Basic Biographical Details
|20 June 1878
|2 March 1956
|William Salmond was born on 20 June 1878, the son of Frank Salmond, civil engineer and surveyor of the Dundee firm J & F Salmond, the other partner being William's uncle James Salmond. William was articled to the family firm from 1894 to 1899 and remained as assistant for a year after completing his apprenticeship, studying at Dundee High School, Dundee Technical Institute and Dundee University. He then spent two-and-a-half years as junior assistant in the Office of Public Works, Glasgow, working under Alexander Beith McDonald on the Glasgow mains drainage schemes whilst continuing his studies at the Glasgow Technical College. In 1902 he joined Aberdeen civil engineer P Tawse as assistant on the Aberdeen sewerage scheme and attended classes at Robert Gordon's College before returning to the family firm in August 1903 as senior assistant. He was made a junior partner on 1 January the following year.
James retired later that year and died in 1905, and Frank died in 1911, leaving William as sole partner. He was admitted LRIBA in the mass intake of 20 July 1911, proposed by William Fleming Wilkie and the Dundee Institute of Architects, which he had joined in 1907. He served in France during the First World War, achieving the rank of Lieutenant in the Royal Engineers.
In 1920 the practice merged with the Dundee architectural firm of Maclaren Sons & Soutar with John Turnbull Maclaren, Charles Geddes Soutar and William Salmond as partners. Their architectural practice prior to the merger had consisted almost exclusively of farm steadings, farmhouses, and farm cottages.
In 1921 Maclaren retired and draughtsman Andrew Patrick was taken into partnership, but the name of the firm remained unchanged, the merged firms now moving to 15 South Tay Street.
In 1929 Salmond was admitted FRIBA, his proposers being George Penrose Kennedy Young, Thomas Martin Cappon and Soutar. In the same year Maclaren Soutar Salmond took over the practice of David Wishart Galloway who had been killed in a motorcycle accident in that year, and for rather more than a decade maintained his office at 2 Market Street, Brechin as a branch, but this was de-merged to A B Roger as an independent practice in the 1940s.
Around 1933 the practice was joined as prospective partner by Thomas Steuart Fothringham, born 5 April 1907, who had been educated at Wellington and had read architecture at Trinity College Cambridge with Ian Gordon Lindsay and R A C Simpson. In the event his association with the practice was relatively short as he inherited the Pourie and Fothringham estates in April 1936 and did not return to the practice after serving as a Major in the Black Watch during the Second World War.
Charles Soutar's interest in the practice did not survive the Second World War either, and without him it went into a gradual decline. Although his practice was not particularly large, Soutar was a prominent figure in Scottish architecture between the wars. He was an outstanding Arts and Crafts architect with wide artistic interests and was remembered by his friends as generous in spirit and of infinite human kindness. Along with his client David Band of Band & Whyte and the schools inspector John Taylor Ewen, he was one of the principal patrons of the Arbroath artist James Waterston Herald. Although a very able designer and a fine draughtsman and watercolourist Patrick was content to take a secondary role in charge of the drawing office, producing beautiful presentation drawings for clients. Soutar became a very active member of the RIBA, and was elected to the Council for 1923-24, 1925-26 and 1935-44, serving as Vice-President from 1939 to 1944. Thomas Forbes Maclennan recalled that at these meetings he remained informal in style to the end, preferring plus fours to a city suit. Soutar moved house to Wheatfields, Forfar in 1941. In 1946 he began to suffer from Alzheimer's disease and had to withdraw from the practice completely. He died on 14 November 1952.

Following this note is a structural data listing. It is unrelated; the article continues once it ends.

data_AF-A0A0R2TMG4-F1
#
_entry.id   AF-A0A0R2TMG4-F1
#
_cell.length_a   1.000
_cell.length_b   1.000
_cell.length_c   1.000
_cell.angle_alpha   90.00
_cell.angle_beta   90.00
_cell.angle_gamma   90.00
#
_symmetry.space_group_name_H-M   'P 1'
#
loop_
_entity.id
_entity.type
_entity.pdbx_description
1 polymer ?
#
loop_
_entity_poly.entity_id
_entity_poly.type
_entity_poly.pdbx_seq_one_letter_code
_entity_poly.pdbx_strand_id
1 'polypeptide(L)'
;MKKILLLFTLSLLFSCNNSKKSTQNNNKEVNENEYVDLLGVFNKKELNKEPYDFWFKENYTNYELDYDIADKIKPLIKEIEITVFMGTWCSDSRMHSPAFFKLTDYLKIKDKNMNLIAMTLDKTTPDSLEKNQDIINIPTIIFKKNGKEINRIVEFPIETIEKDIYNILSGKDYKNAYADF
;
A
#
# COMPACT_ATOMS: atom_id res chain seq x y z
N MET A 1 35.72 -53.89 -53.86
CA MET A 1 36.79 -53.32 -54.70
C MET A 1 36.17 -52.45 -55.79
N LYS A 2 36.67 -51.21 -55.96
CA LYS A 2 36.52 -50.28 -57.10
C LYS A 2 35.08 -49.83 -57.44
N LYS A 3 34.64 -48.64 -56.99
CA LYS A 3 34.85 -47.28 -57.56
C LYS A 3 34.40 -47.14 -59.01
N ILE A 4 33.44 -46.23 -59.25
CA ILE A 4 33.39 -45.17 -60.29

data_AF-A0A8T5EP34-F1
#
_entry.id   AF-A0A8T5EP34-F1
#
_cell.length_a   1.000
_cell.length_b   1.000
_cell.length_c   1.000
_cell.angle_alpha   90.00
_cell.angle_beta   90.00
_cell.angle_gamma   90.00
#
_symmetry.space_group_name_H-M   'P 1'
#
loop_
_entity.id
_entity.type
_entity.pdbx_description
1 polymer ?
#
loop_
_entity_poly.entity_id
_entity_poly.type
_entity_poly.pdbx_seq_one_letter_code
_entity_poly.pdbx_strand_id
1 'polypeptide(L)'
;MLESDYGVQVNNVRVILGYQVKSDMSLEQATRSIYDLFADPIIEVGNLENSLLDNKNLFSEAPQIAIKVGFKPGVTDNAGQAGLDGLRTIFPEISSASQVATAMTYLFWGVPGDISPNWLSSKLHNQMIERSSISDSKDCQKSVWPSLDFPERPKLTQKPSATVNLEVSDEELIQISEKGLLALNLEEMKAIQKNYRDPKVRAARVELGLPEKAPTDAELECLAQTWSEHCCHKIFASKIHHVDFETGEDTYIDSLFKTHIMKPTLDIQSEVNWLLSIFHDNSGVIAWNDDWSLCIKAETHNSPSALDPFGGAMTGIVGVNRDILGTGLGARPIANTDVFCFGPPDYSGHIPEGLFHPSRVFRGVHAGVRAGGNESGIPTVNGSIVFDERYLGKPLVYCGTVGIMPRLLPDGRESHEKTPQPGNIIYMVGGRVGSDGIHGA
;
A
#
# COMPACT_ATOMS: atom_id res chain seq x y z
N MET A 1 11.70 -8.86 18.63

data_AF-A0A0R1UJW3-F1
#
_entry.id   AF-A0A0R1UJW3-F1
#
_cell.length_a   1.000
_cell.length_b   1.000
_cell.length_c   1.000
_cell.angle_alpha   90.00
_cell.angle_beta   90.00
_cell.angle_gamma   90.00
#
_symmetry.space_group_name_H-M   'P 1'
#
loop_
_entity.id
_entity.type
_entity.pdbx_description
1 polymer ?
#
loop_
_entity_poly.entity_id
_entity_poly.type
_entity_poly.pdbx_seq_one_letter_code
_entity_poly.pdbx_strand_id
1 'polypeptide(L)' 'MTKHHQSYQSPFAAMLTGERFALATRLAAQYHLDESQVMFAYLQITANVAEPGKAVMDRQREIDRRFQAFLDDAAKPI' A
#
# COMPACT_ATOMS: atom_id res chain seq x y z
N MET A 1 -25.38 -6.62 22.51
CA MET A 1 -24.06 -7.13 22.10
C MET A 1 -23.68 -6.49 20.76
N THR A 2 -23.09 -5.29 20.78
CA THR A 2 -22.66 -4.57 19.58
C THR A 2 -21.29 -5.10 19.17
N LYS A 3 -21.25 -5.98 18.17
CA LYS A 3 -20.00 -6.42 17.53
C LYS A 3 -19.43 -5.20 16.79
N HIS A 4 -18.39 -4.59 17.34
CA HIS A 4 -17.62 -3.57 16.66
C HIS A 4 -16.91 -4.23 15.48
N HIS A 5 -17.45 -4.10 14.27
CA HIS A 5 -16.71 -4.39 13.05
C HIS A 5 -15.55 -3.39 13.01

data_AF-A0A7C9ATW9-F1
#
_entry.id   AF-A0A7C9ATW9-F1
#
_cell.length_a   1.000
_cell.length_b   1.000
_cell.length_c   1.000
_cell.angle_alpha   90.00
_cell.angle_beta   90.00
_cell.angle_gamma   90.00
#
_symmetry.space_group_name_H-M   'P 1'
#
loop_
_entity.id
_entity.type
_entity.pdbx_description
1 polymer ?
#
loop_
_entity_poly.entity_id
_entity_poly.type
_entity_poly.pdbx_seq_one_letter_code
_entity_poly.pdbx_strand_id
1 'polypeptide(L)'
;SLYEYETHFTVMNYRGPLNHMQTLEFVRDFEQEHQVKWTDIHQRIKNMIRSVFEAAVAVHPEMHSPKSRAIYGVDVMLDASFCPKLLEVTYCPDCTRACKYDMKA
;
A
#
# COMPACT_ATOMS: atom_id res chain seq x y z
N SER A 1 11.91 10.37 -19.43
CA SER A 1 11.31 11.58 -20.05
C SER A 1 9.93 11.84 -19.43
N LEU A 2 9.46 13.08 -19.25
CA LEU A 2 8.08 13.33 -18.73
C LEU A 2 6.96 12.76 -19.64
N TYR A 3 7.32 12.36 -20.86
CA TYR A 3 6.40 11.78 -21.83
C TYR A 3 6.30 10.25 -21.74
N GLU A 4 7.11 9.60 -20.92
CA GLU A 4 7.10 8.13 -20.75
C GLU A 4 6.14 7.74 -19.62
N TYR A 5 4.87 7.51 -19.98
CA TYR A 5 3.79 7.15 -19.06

Soutar's architect son David did not remain with the practice, preferring to take a civil service job in Aberdeen. The practice was continued by the ageing Andrew Patrick and by William Salmond whose expertise lay chiefly in valuation. He was an old-fashioned gentleman of impressive presence, very tall, infinitely courteous and patient, qualities which served him well as the long-serving chairman of the Dundee rent tribunal. After Andrew Patrick died in 1951 the architectural work of the practice was in the hands of the practice's middle-aged chief assistant Stuart O Barron who had become a partner on Soutar's retirement. Salmond remained senior partner until his death on 2 March 1956, Barron thereafter becoming sole partner.
Private and Business Addresses
|The following private or business addresses are associated with this :
|6, High Street, Dundee, Scotland
|3, Windsor Street, Dundee, Scotland
|15, South Tay Street, Dundee, Scotland
|17, Adelaide Place, Dundee, Scotland
* earliest date known from documented sources.
Employment and Training
Buildings and Designs
|The following books contain references to this :
|British Architectural Library, RIBA
|Directory of British Architects 1834-1914
|The RIBA Kalendar 1939-1940
|London: Royal Institute of British Architects
|Who's Who in Architecture
|The following periodicals contain references to this :
|Dundee Courier and Advertiser
|3 March 1956
|Obituary oif William Salmond
|The following archives hold material relating to this :
|Source Catalogue No.
|RIBA Archive, Victoria & Albert Museum
|RIBA Nomination Papers
|L v20 no1569; F no2748 (box 11) (misspells Alexander Beith McDonald as 'MacDonald')